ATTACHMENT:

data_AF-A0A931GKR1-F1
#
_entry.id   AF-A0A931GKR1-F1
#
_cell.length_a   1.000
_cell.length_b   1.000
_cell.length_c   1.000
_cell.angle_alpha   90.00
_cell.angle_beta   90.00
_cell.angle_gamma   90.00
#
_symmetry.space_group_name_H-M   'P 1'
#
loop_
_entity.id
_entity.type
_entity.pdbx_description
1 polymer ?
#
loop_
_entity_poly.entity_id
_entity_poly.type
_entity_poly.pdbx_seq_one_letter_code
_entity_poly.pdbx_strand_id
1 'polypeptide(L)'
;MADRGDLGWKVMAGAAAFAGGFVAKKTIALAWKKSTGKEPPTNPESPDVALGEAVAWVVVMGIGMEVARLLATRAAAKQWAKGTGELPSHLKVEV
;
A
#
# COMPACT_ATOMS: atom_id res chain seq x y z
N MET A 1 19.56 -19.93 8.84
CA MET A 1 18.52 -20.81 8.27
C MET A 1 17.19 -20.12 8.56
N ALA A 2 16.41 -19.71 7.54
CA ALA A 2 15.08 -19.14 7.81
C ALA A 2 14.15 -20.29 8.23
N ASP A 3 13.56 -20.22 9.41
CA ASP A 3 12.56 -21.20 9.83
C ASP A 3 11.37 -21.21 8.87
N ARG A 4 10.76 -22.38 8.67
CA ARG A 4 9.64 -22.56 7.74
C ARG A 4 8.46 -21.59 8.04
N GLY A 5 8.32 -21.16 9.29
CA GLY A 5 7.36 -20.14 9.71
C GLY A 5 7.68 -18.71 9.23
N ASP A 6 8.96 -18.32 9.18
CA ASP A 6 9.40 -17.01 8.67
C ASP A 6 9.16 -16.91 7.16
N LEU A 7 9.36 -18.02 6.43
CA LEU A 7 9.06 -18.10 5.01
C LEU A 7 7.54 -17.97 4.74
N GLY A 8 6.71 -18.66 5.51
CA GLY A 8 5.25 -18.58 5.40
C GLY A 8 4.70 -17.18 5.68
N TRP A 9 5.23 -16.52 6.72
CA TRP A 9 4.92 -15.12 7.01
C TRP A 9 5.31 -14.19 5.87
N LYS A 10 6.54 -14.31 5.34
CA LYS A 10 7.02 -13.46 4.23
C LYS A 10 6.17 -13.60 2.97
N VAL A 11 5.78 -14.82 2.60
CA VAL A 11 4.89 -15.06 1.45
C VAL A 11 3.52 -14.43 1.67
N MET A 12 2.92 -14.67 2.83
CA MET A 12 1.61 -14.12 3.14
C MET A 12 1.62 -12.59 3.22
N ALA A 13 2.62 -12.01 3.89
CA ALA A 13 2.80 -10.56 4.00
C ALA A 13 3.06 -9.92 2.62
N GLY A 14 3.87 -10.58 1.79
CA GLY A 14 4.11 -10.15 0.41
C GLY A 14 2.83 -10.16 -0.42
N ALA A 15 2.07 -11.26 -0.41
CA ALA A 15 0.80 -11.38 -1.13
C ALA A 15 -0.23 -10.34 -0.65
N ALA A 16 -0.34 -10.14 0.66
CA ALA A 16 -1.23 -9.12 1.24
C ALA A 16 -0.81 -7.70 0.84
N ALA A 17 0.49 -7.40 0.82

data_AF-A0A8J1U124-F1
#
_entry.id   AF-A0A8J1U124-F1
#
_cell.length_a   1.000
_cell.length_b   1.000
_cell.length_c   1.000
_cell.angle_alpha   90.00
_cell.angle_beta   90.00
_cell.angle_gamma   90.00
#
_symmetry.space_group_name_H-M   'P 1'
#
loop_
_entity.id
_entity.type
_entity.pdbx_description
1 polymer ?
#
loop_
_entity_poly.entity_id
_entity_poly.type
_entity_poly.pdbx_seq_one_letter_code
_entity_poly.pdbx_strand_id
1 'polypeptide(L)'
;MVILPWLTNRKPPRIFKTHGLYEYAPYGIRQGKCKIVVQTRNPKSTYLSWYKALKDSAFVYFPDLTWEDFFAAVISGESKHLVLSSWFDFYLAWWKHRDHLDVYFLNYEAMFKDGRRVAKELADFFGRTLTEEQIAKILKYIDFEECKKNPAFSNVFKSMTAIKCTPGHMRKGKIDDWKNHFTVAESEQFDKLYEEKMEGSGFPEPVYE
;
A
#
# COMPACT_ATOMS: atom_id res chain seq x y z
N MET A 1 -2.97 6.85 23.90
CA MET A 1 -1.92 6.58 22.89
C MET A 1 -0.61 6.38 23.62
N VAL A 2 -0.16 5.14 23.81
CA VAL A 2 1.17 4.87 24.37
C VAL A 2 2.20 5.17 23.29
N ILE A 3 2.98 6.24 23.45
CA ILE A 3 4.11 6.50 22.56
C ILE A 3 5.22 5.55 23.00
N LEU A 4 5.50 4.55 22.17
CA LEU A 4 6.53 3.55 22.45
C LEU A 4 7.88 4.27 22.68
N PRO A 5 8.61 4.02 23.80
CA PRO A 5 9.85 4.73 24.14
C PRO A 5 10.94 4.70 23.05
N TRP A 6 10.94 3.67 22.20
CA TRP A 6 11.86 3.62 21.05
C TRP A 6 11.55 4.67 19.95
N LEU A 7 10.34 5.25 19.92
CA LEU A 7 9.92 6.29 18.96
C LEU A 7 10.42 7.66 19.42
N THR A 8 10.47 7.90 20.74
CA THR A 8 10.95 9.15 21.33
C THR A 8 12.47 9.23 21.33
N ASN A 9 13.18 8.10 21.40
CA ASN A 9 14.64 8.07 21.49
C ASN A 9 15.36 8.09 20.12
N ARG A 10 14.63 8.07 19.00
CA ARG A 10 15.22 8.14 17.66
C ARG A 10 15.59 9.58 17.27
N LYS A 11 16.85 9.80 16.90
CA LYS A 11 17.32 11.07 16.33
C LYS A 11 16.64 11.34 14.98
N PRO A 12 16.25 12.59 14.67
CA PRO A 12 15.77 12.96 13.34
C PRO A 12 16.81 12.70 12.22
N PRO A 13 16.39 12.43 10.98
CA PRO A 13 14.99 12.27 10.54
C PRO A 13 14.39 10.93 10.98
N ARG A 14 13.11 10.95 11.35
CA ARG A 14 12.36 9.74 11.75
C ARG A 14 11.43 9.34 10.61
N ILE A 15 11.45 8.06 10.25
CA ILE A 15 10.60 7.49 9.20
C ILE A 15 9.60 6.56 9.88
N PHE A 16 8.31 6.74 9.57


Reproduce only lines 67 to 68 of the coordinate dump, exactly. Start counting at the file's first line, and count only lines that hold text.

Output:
N ALA A 13 2.62 -12.01 3.89
CA ALA A 13 2.80 -10.56 4.00